Wolf Tokyo Club At Rehearsal

By Colin FlahertyWTC

Wolf Tokyo Club are a struggling band trying to get through a rehearsal. As much as Anton wants to get through a single take of his new love song, the others would rather be talking about or doing something else. Ahh…the joys of working with bunch of dysfunctional people on a project!

For a show about a band the music certainly took a backseat to the story. All seemed competent on their instruments but as soon as a groove started, things would hilariously fall apart which was fine as we got to learn more about this group of loveable misfits and see the comical sparks fly.

On paper, 45 minutes of some guys bickering with each other may seem like it would get tiresome quickly, but the wonderful script certainly prevented this. Not only were there plenty of clever and amusing distractions to keep derailing the rehearsal but some interesting sub-plots were introduced to keep the animosity bubbling away throughout. We got to chuckle at some inane conversations that musicians probably have to endure as well as marvel at a unique method of identifying notes. The various methods of procrastination led to many amusing lines to keep the laughs rolling along.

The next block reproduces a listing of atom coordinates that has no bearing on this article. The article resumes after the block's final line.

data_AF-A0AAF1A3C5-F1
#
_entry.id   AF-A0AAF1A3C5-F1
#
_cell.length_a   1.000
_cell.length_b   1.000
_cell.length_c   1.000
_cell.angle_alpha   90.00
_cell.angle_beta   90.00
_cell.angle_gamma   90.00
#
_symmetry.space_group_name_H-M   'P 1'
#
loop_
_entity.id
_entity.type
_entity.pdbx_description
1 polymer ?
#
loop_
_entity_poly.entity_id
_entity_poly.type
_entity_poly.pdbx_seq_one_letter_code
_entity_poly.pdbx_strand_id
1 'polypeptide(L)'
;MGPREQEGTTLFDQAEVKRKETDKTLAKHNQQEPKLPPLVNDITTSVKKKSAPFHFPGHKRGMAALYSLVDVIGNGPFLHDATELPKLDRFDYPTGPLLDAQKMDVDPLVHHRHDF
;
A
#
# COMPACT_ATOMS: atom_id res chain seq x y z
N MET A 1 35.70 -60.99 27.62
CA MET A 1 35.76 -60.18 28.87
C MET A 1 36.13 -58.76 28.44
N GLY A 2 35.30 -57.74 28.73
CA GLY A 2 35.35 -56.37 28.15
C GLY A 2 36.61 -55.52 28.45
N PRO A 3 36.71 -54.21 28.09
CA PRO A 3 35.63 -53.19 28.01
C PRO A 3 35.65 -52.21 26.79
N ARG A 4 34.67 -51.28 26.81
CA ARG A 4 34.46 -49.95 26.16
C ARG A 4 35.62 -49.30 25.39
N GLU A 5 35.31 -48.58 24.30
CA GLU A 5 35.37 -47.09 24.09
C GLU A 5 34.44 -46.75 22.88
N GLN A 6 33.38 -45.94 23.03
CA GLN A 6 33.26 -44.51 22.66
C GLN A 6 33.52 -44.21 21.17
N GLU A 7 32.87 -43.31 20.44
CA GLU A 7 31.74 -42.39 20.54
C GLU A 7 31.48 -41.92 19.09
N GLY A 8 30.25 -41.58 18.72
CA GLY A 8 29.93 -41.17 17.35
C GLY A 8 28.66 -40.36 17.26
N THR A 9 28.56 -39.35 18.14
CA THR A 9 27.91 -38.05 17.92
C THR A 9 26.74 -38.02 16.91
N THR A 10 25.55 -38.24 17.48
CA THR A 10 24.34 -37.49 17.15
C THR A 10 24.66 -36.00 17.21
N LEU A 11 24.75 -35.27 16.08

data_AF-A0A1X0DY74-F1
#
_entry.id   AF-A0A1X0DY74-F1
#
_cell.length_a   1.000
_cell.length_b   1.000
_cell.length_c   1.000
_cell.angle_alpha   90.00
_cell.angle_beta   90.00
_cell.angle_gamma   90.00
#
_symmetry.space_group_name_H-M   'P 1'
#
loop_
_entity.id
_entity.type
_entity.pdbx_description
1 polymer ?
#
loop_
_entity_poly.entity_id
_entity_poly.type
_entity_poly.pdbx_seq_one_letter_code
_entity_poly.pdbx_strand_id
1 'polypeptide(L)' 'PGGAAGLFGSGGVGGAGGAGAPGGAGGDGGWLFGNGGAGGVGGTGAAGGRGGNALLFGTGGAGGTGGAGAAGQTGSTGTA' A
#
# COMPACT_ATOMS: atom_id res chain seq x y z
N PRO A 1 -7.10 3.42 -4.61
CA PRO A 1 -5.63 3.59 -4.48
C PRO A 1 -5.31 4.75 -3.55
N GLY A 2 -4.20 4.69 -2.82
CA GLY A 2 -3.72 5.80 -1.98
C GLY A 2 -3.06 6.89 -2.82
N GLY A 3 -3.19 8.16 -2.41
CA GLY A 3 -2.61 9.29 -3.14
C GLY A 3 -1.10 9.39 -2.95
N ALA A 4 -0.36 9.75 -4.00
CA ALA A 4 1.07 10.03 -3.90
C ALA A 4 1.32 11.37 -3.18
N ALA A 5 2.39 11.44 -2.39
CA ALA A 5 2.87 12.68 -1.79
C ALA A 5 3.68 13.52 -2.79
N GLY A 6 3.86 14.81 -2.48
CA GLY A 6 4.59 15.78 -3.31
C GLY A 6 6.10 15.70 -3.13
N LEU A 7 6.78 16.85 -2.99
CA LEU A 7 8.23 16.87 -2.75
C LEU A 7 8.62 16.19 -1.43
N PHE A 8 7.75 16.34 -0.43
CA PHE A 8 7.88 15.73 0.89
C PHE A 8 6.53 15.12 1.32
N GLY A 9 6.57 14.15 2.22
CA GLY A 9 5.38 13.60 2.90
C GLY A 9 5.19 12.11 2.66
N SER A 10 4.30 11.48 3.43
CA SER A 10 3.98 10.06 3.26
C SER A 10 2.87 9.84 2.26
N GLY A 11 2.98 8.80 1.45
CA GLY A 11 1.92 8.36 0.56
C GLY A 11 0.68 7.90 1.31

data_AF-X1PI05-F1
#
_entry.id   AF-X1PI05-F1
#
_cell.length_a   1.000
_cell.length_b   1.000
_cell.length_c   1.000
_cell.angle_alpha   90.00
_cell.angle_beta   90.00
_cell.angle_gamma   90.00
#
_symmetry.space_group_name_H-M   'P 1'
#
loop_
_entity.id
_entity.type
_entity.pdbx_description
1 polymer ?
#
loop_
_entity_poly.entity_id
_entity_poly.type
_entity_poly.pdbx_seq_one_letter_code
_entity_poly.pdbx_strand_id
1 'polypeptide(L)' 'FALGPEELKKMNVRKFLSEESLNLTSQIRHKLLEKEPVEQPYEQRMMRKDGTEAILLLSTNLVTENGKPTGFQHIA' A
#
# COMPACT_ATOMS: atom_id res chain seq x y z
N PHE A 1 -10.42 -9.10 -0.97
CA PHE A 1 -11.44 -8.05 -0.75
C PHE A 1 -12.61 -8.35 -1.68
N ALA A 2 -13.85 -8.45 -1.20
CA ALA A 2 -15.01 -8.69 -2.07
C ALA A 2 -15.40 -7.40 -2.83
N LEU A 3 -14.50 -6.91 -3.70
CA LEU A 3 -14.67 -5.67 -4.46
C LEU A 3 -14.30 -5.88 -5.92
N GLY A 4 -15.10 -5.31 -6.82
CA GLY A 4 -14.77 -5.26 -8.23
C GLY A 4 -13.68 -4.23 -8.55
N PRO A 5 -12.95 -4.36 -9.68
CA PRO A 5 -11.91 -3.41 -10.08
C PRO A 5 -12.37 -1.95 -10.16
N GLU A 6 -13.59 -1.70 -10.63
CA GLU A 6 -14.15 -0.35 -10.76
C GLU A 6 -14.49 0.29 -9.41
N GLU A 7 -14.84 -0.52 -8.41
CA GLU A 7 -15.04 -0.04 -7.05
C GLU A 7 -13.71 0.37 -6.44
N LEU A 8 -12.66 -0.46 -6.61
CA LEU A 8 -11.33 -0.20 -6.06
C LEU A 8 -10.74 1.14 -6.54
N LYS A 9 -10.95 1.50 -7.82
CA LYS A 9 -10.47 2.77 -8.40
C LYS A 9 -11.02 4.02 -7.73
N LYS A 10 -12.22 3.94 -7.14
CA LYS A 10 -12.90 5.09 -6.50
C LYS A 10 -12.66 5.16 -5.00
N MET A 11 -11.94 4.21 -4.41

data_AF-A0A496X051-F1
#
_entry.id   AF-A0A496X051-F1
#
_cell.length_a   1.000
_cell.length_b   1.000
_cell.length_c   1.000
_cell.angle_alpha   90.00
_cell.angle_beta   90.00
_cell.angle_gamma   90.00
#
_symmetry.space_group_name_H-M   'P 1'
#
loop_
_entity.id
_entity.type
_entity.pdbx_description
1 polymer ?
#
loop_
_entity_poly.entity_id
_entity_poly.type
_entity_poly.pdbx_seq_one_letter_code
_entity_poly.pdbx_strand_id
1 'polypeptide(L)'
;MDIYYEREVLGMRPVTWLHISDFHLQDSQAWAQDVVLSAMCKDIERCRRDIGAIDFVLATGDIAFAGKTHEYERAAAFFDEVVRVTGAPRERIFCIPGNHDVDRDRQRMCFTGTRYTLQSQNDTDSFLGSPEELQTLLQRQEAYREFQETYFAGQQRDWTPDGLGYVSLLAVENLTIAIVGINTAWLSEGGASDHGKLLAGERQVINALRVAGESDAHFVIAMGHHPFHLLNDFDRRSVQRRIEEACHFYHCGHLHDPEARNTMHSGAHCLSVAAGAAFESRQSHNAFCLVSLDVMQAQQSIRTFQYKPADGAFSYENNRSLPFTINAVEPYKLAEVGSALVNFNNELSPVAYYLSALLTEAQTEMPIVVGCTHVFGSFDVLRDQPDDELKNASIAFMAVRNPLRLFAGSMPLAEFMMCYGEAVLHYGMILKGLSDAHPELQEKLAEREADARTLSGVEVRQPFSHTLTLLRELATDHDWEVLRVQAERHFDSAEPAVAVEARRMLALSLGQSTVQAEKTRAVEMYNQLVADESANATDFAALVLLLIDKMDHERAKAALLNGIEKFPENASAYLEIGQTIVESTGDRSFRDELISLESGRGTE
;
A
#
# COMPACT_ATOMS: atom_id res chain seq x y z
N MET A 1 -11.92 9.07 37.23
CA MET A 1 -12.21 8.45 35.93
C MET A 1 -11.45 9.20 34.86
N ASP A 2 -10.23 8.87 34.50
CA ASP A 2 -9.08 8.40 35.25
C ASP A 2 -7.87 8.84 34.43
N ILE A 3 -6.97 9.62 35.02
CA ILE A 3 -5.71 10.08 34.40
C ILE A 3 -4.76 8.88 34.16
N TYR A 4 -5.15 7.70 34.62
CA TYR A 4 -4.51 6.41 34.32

It was interesting to see how they managed to shoehorn the usual character traits that are normally associated with a comedic trio into this four person (with a small fifth role by Shane Matheson) performance. Your Alpha male guitarist Anton (Seamus McAlary) played the role of straight-man perfectly while cool guy drummer Fudgy (Eric Hutton) was a constant source of hilarious disruption. The dim character was split between the seemingly stupid bassist Matty (Rodney Todd) and the extremely slow-witted keyboard player Ethan (Todd Allen) which worked brilliantly. You got some smarts beneath the surface of Matty (in between going off on many a hilarious tangent) to make him a threat to Anton leaving Ethan, in his permanently stoned stupor, to be totally clueless.

I’m still trying to get my head around the conclusion to this play. Following what would be the final punchline of the story they immediately launched into a post-script that was quite surreal. It certainly tied up the main sub plot neatly but it was quite a shock after the relative normalcy that had preceded it. Perhaps this wacky curveball was influenced by Matheson? Despite leaving the venue slightly confused, it was a satisfying and hilarious play performed by some of Sydney’s great underground comedic talent.

Wolf Tokyo Club At Rehearsal is on at the Tuxedo Cat until April 7
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